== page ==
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Images of America: Fort Morgan

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Fort Morgan has stood sentry on the Gulf of Mexico for almost 200 years. This pictorial history illustrates the people and events that have shaped its history.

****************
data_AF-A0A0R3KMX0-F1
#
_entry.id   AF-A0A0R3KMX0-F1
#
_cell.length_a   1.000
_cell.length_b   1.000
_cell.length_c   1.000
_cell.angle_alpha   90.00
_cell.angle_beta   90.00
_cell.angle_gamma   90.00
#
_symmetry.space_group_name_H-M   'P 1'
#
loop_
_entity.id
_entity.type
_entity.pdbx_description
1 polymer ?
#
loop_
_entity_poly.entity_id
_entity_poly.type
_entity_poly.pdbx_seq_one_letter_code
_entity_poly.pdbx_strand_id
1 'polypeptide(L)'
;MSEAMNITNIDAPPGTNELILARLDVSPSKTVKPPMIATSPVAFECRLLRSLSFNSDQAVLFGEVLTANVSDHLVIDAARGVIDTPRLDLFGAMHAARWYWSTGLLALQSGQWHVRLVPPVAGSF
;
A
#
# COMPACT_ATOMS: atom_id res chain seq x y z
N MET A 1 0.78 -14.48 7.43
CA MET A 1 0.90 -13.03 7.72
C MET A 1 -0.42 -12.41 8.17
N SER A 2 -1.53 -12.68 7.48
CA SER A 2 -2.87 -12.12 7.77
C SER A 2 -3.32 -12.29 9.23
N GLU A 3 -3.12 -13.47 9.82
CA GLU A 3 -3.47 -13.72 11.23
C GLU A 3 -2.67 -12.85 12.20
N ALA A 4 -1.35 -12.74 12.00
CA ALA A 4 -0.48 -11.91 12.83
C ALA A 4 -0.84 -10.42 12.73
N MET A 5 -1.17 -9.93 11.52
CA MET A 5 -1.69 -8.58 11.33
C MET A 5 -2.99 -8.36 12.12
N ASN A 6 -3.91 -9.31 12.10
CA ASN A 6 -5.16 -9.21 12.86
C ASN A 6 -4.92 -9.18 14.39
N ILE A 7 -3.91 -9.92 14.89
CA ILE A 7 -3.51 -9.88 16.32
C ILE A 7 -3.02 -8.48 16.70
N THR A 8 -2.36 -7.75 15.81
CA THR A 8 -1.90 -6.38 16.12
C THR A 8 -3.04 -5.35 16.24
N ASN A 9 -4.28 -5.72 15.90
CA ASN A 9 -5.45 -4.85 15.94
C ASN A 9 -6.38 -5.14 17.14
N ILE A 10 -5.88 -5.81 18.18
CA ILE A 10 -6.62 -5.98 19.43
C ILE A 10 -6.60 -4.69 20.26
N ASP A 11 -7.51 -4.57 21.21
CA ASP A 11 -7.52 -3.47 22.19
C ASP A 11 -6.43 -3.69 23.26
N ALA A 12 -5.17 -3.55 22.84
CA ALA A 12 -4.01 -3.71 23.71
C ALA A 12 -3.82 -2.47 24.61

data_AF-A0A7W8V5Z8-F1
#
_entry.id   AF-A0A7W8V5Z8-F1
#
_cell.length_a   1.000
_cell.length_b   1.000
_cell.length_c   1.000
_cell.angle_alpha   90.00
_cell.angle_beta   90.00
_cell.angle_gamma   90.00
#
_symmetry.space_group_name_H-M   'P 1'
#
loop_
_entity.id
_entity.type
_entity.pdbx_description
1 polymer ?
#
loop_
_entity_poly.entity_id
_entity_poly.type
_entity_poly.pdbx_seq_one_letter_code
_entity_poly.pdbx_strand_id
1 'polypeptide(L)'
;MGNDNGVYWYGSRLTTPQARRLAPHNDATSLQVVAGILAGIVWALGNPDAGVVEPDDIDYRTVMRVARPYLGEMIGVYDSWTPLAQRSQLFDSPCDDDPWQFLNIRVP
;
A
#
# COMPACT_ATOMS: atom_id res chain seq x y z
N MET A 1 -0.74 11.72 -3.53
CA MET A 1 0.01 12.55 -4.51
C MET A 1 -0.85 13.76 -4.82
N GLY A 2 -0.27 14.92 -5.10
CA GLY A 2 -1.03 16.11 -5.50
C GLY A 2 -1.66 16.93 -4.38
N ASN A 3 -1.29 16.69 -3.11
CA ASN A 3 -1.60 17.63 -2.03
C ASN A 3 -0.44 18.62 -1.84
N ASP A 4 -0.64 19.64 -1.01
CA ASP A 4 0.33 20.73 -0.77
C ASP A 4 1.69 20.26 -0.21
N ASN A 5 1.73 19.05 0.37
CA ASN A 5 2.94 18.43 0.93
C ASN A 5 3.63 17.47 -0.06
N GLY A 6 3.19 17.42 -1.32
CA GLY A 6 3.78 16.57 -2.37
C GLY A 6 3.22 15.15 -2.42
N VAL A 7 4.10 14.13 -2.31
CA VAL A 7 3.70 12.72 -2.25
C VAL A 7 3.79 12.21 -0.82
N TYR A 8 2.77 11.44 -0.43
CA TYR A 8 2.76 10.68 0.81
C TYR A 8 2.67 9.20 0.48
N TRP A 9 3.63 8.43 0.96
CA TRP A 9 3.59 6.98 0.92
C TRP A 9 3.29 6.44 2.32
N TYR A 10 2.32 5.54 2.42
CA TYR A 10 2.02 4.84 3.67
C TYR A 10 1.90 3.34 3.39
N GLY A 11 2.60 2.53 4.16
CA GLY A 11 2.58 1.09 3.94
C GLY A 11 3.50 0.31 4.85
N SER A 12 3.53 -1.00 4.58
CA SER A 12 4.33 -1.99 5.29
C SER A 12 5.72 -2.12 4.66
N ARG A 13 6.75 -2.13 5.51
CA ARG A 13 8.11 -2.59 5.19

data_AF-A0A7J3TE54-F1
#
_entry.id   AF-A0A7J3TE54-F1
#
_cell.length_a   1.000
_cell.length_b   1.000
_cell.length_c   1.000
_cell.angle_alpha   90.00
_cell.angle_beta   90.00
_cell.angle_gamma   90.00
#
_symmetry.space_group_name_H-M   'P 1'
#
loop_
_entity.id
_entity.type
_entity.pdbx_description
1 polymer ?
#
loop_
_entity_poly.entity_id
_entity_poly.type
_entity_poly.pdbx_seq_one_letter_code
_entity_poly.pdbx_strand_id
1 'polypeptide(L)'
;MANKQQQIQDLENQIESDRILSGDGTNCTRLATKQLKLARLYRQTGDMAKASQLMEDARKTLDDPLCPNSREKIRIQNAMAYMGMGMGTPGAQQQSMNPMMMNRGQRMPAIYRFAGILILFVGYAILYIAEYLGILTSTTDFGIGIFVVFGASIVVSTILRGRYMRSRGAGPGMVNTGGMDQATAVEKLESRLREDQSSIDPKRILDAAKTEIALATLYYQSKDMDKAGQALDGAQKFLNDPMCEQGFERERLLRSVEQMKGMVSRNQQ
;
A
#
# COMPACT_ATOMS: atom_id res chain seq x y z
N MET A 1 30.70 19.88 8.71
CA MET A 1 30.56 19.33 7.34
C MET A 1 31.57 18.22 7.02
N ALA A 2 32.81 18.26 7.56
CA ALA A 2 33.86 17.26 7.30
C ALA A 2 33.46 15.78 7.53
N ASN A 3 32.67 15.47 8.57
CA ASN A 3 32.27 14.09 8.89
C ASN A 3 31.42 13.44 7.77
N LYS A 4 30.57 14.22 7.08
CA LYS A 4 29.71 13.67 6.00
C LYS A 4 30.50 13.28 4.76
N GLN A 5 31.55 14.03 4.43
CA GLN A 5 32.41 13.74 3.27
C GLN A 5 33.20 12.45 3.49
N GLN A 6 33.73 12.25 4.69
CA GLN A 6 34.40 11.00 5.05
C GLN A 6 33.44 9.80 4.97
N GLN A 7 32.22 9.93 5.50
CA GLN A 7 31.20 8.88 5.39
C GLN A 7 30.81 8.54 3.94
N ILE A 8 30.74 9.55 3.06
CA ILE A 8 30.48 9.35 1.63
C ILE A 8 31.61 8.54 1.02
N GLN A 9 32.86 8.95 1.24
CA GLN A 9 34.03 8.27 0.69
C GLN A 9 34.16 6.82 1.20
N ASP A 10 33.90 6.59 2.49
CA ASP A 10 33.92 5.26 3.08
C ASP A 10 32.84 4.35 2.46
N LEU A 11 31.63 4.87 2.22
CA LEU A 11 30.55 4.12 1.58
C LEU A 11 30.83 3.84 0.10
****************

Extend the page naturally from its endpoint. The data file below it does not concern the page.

Following the War of 1812, the United States embarked upon a major building program to improve the nation's seacoast defenses. A project was begun on Mobile Bay that would take almost twelve years to complete, plagued by harsh conditions, a lack of resources, and financial burdens. The end result, completed and opened in March of 1834, was Fort Morgan. Fort Morgan has played many key roles in the nation's military. During the Civil War, Fort Morgan provided covering fire for blockade runners entering and leaving Mobile Bay. The fort fell into disrepair after the Civil War as military planners thought it had outlived its usefulness. Between 1895 and 1904, five modern reinforced concrete batteries rose from the sands. At the peak of operations between 1910 and 1918, more than one hundred structures dotted the Mobile Bay landscape. This unique pictorial retrospective explores the growth and change at Fort Morgan, allowing the reader a chance to step back in time to the days when our nation's military fortifications provided a sense of security and protection to every citizen. Included are images culled from the Fort Morgan Museum, the National Archives and Records, and private collections. These vintage photographs depict every aspect of the fort's history, from the damage caused by the Union siege guns to the days following World War II when the fort was temporarily turned into a resort, and from the Confederates who worked to strengthen Mobile's lower defense line to the devastation of the hurricanes in 1906 and 1916.

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